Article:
Sam's friend, Gordon Forbes, is threatening to jump from the ledge of his upper-storey hotel room, and the only person he wants to talk to is his estranged wife. Unfortunately, when Honey visits the ...
A young socialite survives numerous "accidents" including a parachute that opens late and a near hit-and-run. Honey and Sam are suspicious when the woman's mother reveals that a psychic has predicted...
Amos Burke was a Los Angeles chief of detectives who was also a millionaire with a chauffeur-driven Rolls Royce, a mansion, and a high-wheeling lifestyle. The hallmarks of this series were ... See full summary »
Pilot for a proposed anthology series where each story revolved around the meaning of one of the Ten Commandments in modern times. The theme for this story was the third commandment: "Thou shalt not take the Lord's name in vain."
A family of burglars and safecrackers plan a heist at a jewelry store. When one of the family--who is the safecracking expert--gets arrested and jailed, they hatch a plan to break him out so he can take part in the robbery.
In Spanish-speaking countries, the series title was La rubia peligrosa ("The Dangerous Blonde"). See more »
The style of the detective agency's name changes from episode to episode. Sometimes it is "H. West & Company, Private Investigators" and other times it is "Honey West & Co., Private Investigators." In the novels on which the series is based, it was sometimes "H. West, Private Investigators" and other times "H. West, Private Investigations." The reason it was "H. West" in the novels and not "Honey West" was twofold: Honey did not want potential clients to know she was a woman before they met her, and the business, which she had inherited from her father, Hank West, had always been called "H. West." See more »
People see something of The Avengers in this series and the connection is stronger than some may realize. As I've read it, Aaron Spelling had been to England and saw The Avengers with Patrick MacNee and Honor Blackman. I even think I know the episode he saw: Both the 1962 Avengers episode `Death of a Great Dane' and the 1964 Burke's Law episode `Who Killed the Richest Man in the World?' are about a reclusive billionaire who is actually dead but his staff is pretending he's alive to split up the profits from his empire. He was so impressed with Blackman that he offered her a job as the star of a private eye series he would create called `Honey West'. But she opted to do `Goldfinger' instead. Spelling wasn't willing to give up on the idea and searched for the actress who most reminded him of Blackman and decided it was Anne Francis. Honey West was then introduced on the Burke's Law episode `Who Killed the Jackpot?' in 1965. The series began the following fall but lasted only one year as it was on opposite the huge hit Gomer Pyle.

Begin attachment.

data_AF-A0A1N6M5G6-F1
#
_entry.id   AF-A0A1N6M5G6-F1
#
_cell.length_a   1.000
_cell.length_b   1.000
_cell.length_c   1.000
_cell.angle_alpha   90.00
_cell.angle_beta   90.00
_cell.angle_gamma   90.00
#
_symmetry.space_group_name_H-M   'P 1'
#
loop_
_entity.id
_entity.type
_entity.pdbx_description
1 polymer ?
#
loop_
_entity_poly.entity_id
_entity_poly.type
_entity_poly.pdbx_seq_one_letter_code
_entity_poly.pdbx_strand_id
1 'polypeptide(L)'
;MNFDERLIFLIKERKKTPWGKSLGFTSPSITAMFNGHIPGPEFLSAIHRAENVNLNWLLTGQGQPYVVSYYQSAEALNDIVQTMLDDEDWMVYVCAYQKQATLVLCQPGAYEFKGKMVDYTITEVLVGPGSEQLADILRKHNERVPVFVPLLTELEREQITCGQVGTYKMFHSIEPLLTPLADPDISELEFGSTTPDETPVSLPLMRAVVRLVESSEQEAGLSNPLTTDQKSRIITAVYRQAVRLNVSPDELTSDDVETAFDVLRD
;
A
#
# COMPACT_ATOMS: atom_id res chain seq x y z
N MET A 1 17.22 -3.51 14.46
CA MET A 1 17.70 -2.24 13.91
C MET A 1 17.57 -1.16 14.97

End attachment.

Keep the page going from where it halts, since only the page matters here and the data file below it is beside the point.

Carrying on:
I don't think I ever watched a single episode of Gomer Pyle. I fell hard for Anne Francis, who I think was much better than the rather dower Blackman in The Avengers, (which I didn't see until A & E showed the earlier version of the series in 1990). If you rate Francis with the `Avenger Girls', the only one who really ranks with her is Diana Rigg, although I liked Linda Thorson as well. I think Francis and Rigg were easily the best actresses in those parts and brought both a dramatic weight and light comic touch to the characters and the show.
Looking at Honey West now, it doesn't seem like much of a show other than what Francis brings to it. John Ericson is a `he-man' who's only job is to argue with Honey whenever she tries to do anything dangerous. Quite a difference from Steed's genuine respect for the capabilities of Cathy Gale and Emma Peel. Irene Hervey as `Aunt Meg' adds nothing whatsoever to the show. The pet ocelot was more interesting. The fact that the show was only a half hour show also hurt: it came off as a cartoon rather than a dramatic adventure.
But a half hour with Anne Francis makes it worth it.
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